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Rep. Ritchie Torres Joins Bronx UJA-Federation Leadership Mission to Israel

Pastor Thompson (left) and Rabbi Zirkind (right) leading memorial prayers at Nova Music Festival massacre site.

On Sunday evening March 31, a UJA-sponsored delegation of Bronx leaders arrived in Israel for a two-day solidarity mission. The mission included Bronx Democratic Rep. Ritchie Torres (NY-15), SAR Principal Binyamin Krauss, Amit Stern, Riverdale Jewish Center Rabbi Dovid Zirkind, Jessica Haller, Riverdale Y CEO Melissa Sigmund, UJA-Federation of NY’s Hindy Poupko and Daniel Rosenthal, Pastor Keith Elijah Thompson of the Bronx Miracle Gospel Tabernacle, and JCRC-NY CEO Mark Treyger.

Krauss noted this visit, coinciding with protests and regional tension, “offered a unique blend of political engagement and bearing witness. It was clear from the moment we touched down and in every encounter that Congressman Torres’ unwavering support for Israel deeply resonated with all we met. I felt honored to share in his experience, the Congressman’s first trip to Israel since Oct. 7, as he aimed to strengthen relationships and demonstrate solidarity during these challenging times.”

Upon landing, the delegation went directly to Tel Aviv’s Kikar Chatufim (Hostage Square). Krauss noted the square was unusually quiet, as hostage families were protesting outside the Prime Minister’s residence and the Knesset in Jerusalem. The group did meet the oldest hostage’s grandson. “It was remarkable to hear his unwavering faith despite the ongoing uncertainty and frustration he and so many other families continue to endure, at six months since their loved ones were taken,” Krauss shared with The Jewish Link.

Israel’s Defense Minister Yoav Gallant welcoming Bronx delegation.

He described the group’s meetings with high-ranking officials including Minister of Defense Yoav Gallant, who spoke of the current military and political challenges on the heels of his recent trip to D.C. Opposition leader Yair Lapid shared a story about his family’s survival in Hungary during the Holocaust, marking the challenges then and those faced now. When asked what it’s like for him to be in the opposition, Lapid emphasized that opposition is the key to every healthy democracy. The Knesset’s United Arab List leader Mansour Abbas shared an optimistic outlook for peace, underscoring the importance of dialogue and collaboration in fostering understanding and progress.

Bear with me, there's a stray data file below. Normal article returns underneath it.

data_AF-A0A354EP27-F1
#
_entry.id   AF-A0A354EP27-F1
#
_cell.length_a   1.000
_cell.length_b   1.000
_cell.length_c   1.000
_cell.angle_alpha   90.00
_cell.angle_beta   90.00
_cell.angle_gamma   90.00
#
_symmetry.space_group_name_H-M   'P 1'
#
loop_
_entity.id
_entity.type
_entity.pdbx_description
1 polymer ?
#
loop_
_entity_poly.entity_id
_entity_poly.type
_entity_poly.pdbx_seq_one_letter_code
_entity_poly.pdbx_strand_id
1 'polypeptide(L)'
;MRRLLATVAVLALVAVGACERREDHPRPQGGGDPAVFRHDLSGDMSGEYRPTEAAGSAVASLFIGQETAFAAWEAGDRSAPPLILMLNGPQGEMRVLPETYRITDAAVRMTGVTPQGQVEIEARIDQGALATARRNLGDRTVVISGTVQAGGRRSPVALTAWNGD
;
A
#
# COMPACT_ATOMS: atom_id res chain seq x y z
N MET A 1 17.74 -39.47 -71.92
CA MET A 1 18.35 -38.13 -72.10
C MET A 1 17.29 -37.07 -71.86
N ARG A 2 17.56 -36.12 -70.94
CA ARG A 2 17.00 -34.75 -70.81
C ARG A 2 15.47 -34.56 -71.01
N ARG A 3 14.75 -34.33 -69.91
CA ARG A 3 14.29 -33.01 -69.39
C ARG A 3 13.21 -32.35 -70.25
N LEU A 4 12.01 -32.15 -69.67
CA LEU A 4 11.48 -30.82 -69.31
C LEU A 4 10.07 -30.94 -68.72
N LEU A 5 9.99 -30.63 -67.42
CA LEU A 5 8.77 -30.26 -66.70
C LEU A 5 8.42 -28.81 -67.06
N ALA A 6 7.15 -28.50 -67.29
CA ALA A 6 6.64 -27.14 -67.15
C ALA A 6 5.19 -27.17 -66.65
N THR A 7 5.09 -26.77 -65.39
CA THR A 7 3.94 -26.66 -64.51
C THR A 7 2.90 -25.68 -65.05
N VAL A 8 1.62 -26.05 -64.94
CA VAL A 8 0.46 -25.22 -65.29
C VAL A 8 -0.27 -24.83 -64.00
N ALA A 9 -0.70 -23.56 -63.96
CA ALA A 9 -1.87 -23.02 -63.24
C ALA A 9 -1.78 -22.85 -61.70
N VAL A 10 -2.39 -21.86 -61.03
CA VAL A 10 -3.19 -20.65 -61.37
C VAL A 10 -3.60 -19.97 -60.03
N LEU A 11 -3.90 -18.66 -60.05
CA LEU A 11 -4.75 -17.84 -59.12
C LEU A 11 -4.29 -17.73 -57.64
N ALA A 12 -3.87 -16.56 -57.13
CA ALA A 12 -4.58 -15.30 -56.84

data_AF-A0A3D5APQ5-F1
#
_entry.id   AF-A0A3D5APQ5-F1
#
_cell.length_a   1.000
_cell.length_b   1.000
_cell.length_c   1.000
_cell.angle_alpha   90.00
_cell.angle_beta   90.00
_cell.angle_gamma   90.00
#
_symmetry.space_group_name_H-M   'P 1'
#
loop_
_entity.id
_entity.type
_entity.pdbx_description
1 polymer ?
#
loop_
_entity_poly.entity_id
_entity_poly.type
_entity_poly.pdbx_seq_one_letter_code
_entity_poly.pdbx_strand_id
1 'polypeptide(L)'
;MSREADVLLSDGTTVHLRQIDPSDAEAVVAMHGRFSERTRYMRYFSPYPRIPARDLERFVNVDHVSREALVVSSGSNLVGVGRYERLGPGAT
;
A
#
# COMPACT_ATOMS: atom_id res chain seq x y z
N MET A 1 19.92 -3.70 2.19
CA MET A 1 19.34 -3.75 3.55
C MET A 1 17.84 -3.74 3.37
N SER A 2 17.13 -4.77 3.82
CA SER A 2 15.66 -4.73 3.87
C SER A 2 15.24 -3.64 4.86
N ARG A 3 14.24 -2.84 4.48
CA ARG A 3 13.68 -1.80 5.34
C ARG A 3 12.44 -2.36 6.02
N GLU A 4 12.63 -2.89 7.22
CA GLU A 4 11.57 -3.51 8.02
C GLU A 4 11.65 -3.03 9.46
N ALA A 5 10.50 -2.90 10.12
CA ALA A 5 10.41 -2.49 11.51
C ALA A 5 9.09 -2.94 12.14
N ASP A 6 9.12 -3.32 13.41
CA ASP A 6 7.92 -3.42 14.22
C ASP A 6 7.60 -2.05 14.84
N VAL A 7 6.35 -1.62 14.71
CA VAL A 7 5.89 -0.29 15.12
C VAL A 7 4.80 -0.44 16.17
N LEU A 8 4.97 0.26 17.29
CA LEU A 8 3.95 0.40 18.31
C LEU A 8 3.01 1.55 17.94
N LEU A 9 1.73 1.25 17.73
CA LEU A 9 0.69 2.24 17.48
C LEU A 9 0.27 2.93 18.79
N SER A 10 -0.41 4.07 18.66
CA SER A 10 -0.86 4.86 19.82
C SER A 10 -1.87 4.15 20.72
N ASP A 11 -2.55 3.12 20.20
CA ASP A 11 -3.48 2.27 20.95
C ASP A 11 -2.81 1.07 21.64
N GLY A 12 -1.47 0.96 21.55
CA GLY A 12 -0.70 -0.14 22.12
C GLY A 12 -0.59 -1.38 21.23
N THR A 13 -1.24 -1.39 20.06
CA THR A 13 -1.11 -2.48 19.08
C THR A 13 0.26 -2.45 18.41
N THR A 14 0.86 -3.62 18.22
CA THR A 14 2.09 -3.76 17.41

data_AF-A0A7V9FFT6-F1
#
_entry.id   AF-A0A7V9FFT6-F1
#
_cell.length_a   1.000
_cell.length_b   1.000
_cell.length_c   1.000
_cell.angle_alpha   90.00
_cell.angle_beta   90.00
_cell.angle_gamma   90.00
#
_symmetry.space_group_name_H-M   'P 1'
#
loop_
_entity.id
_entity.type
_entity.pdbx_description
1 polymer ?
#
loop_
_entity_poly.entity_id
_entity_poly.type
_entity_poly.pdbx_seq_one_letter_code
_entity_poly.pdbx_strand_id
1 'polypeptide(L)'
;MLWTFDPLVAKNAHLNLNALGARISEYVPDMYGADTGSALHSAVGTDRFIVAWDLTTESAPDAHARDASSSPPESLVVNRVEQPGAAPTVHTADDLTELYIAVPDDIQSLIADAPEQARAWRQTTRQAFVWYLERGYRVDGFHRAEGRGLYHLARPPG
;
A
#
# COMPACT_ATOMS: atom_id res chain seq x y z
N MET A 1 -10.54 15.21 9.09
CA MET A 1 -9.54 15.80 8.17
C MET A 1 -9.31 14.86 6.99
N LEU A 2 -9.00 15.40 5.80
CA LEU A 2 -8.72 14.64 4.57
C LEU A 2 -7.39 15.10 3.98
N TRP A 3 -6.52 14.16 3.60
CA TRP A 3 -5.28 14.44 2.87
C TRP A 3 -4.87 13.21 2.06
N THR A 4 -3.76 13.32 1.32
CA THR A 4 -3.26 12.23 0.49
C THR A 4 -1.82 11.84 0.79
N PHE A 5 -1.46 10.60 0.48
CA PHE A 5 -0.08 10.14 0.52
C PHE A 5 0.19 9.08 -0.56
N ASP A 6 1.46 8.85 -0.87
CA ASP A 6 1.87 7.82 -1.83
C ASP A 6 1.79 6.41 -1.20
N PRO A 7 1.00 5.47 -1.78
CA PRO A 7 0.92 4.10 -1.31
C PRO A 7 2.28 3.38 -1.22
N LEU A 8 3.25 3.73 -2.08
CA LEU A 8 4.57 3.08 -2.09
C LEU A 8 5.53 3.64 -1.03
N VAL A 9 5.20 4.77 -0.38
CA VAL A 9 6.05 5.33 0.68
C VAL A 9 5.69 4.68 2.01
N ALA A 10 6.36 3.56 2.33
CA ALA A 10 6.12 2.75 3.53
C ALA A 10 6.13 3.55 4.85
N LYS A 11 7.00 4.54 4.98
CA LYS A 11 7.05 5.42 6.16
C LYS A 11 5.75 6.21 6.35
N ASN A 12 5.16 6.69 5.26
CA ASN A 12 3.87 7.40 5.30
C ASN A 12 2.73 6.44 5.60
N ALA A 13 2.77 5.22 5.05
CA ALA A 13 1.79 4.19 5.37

The group traveled south to Nir Oz. Of 400 residents, more than 100 were killed or taken hostage. Krauss said, “These numbers are staggering and difficult to comprehend. As we walked through homes preserved exactly as they were left on Oct. 7, including that of the Bibas family, the haunting remnants painted a vivid picture of the horrors of that day.” Kibbutz representatives shared information about each family from every home. “It was clear how important it was for them that we bear witness to the atrocities. I continue to be struck by their strength in the face of such unimaginable loss and trauma.”

They also visited Netiv HaAsara. “We prayed together at the Peace Wall, a joint mosaic creation on the border wall dividing Gaza and Israel and a remarkable reminder of the previous hopefulness of this community which lost 16 members on that terrible day.”

Rep. Ritchie Torres praying at the Kotel.

The third stop was the Nova Festival site. Festival survivor and recent SAR visitor Ron Segev described escaping the terrorists. “There was nowhere to go, nowhere to hide. You just had to pick a direction and run. The terrain through which these people were trying to escape, running for their lives, had nowhere for them to go. Desert trees were too thin to hide behind; there was nothing but open space.”

Krauss said, “Being there myself, I could feel the confusion these young people must have felt as violent events started to quickly unfold.”

At the site, Zirkind chanted Av Harachamim. On his first trip to Israel, Thompson recited Psalm 23.

Hostage Oded Lifshitz’s grandson meets Rep. Ritchie Torres in Tel Aviv’s Hostage Square.

Torres observed the optimism of survivors they met, their perspective of love, peace and light after enduring such horrors, reinforcing for them the message that yes, they will dance again. “That’s the story not only of the Nova Festival but of the Jewish people. It’s a story of resilience and rebuilding, a story of dancing again.”

Krauss noted, “I have been to Israel since Oct. 7 and while we have created a beautiful, meaningful connection with the families of Kfar Aza, this was my first time seeing the devastation of a kibbutz in the south.”

Treyger reflected on the resilience of the Israeli people. “All those we connected with, shared in one form or another that they were hurt, but not broken. Bullets can pierce through flesh, but they will never be able to shatter the Israeli spirit. That was evidenced by the largest Shabbat table I have ever seen. That was evidenced by Nova survivors organizing efforts to care for those impacted under a promise they made to each other ‘to dance again.’ That was evidenced by the ordinary citizens who stepped up to help their fellow neighbors in need, regardless of their faith, during the aftermath of some of the darkest hours in Israel’s history.”

Yesh Atid Party leader Yair Lapid (at head of table) meets with the Bronx delegation.


(l-r) RJC Rabbi Dovid Zirkind, Rep. Ritchie Torres, SAR Principal Binyamin Krauss and his predecessor Rabbi Yonah Fuld, lead an impromptu memorial to the late Sen. Joseph Lieberman, z”l, at the Kotel Plaza.

Judy Berger is a Bronx/Westchester/Connecticut community editor at The Jewish Link.

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